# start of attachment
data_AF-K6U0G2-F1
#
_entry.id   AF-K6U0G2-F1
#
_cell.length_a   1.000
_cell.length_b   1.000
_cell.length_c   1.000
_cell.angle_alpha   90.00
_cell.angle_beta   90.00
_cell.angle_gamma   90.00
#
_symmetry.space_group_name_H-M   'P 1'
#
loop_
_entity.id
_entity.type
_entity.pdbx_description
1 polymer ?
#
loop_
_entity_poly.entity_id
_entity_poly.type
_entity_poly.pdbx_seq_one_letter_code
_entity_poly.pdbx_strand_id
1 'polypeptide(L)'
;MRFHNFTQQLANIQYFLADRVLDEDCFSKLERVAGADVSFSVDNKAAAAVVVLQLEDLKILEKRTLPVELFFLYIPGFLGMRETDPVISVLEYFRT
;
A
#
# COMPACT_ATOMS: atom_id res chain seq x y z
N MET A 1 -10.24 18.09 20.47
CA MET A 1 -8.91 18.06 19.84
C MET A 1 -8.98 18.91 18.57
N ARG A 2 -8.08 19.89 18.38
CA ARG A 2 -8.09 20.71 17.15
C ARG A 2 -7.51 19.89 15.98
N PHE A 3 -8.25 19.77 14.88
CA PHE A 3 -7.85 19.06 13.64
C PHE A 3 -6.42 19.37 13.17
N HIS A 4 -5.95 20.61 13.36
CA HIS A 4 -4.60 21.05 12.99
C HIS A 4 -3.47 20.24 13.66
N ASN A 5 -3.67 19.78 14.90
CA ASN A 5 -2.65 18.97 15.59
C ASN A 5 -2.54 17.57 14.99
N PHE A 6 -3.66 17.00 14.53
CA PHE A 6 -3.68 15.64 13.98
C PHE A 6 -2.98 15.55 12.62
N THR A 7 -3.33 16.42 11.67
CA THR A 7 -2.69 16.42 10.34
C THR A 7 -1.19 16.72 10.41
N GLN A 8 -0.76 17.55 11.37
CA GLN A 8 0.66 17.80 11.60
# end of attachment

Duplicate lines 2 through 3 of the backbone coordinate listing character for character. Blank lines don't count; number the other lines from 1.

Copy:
#
_entry.id   AF-K6U0G2-F1